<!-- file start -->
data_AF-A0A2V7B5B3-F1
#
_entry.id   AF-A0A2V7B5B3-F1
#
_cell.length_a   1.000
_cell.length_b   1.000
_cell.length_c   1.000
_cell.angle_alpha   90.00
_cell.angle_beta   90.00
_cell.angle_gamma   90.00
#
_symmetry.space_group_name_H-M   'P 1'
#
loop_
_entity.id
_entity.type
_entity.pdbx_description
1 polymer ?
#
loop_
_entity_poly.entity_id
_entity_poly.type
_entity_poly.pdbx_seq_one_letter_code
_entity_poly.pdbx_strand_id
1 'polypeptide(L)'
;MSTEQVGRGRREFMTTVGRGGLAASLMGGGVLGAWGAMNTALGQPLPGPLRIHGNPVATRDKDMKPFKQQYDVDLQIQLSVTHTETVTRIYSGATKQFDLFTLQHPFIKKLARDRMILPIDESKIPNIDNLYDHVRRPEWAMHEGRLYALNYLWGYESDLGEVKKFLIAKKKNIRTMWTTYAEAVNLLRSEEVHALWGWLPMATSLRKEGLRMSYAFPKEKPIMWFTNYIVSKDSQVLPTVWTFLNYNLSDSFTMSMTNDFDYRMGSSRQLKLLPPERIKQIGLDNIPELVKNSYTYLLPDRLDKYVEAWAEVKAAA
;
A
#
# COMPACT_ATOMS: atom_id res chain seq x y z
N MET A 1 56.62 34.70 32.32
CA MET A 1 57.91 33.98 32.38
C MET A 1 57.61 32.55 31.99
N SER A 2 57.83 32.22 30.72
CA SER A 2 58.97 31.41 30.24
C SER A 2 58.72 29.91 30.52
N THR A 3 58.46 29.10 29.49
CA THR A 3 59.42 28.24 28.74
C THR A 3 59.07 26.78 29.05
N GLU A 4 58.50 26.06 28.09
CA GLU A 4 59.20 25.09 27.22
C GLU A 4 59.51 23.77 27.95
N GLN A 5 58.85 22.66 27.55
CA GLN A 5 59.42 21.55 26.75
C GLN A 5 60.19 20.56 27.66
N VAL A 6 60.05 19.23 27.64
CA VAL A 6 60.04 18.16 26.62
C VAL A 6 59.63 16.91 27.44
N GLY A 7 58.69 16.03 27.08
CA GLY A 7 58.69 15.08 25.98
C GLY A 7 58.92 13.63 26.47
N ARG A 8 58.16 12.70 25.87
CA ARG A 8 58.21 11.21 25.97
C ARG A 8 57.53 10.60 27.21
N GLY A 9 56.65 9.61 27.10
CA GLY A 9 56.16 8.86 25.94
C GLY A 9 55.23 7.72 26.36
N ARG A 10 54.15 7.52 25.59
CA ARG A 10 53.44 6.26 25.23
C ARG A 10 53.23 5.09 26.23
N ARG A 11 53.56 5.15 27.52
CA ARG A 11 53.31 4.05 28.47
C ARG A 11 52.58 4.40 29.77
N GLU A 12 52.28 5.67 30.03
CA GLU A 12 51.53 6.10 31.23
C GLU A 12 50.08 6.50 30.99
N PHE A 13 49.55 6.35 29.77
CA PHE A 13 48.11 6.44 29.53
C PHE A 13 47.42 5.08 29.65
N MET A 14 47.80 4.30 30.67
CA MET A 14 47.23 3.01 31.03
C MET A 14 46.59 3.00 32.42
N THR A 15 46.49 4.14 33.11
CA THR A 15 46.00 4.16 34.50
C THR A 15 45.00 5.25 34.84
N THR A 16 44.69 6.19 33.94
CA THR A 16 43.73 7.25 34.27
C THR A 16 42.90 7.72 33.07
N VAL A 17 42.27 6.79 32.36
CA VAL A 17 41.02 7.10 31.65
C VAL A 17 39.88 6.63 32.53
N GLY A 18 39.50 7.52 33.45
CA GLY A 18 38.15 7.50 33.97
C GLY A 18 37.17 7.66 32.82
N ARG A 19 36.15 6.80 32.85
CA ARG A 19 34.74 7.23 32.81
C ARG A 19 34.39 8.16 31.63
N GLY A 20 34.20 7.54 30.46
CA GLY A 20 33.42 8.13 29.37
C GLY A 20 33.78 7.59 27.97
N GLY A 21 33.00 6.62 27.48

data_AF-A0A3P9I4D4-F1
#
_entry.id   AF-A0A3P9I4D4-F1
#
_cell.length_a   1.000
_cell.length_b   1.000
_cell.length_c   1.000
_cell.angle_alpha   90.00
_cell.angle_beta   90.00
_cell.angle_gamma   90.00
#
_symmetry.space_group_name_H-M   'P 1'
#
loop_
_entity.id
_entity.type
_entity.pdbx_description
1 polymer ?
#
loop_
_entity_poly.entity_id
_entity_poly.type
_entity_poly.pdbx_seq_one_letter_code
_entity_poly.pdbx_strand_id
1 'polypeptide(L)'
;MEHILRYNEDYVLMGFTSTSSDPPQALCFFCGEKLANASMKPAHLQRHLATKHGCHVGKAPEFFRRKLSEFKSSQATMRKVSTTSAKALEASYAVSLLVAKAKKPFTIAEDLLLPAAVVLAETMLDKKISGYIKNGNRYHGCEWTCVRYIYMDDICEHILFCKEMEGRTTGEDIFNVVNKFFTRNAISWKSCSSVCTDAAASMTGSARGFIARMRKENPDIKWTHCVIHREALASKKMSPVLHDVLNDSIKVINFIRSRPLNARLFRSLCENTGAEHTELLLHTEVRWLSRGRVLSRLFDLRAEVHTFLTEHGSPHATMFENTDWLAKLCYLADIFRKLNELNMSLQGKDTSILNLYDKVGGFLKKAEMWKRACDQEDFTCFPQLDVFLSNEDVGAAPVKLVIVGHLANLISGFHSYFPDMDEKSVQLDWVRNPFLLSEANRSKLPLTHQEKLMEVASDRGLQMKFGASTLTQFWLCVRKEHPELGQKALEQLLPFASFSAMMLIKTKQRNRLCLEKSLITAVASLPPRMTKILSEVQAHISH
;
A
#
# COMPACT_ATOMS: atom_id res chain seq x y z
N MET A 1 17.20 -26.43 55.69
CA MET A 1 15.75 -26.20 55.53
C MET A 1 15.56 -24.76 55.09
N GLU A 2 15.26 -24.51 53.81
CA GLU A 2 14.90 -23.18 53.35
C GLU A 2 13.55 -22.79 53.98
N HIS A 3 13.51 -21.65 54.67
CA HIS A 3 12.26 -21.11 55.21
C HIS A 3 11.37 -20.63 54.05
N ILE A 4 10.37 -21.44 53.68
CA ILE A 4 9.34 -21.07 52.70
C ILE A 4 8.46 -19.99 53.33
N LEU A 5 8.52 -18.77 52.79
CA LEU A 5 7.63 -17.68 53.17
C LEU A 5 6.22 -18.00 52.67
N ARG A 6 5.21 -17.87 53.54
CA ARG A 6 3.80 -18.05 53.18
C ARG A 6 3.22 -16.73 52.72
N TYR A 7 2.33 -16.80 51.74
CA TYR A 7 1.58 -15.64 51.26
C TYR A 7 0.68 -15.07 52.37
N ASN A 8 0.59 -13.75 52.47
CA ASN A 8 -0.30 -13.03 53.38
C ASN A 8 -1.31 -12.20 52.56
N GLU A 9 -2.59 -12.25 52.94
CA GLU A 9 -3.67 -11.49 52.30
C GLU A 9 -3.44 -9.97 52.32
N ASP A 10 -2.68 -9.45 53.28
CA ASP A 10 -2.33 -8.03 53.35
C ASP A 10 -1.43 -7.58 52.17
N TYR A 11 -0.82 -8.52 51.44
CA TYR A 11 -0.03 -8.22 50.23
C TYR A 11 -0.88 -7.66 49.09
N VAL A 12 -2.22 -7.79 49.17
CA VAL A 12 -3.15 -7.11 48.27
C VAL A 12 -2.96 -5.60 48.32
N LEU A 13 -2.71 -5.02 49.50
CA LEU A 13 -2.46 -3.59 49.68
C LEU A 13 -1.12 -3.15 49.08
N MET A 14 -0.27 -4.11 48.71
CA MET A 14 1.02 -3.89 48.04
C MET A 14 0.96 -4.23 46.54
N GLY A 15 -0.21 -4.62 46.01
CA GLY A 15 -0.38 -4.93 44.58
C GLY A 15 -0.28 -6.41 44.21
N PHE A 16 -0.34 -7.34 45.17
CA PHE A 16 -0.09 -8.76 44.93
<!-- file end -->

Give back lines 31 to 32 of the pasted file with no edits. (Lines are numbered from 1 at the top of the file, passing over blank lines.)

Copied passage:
N MET A 1 56.62 34.70 32.32
CA MET A 1 57.91 33.98 32.38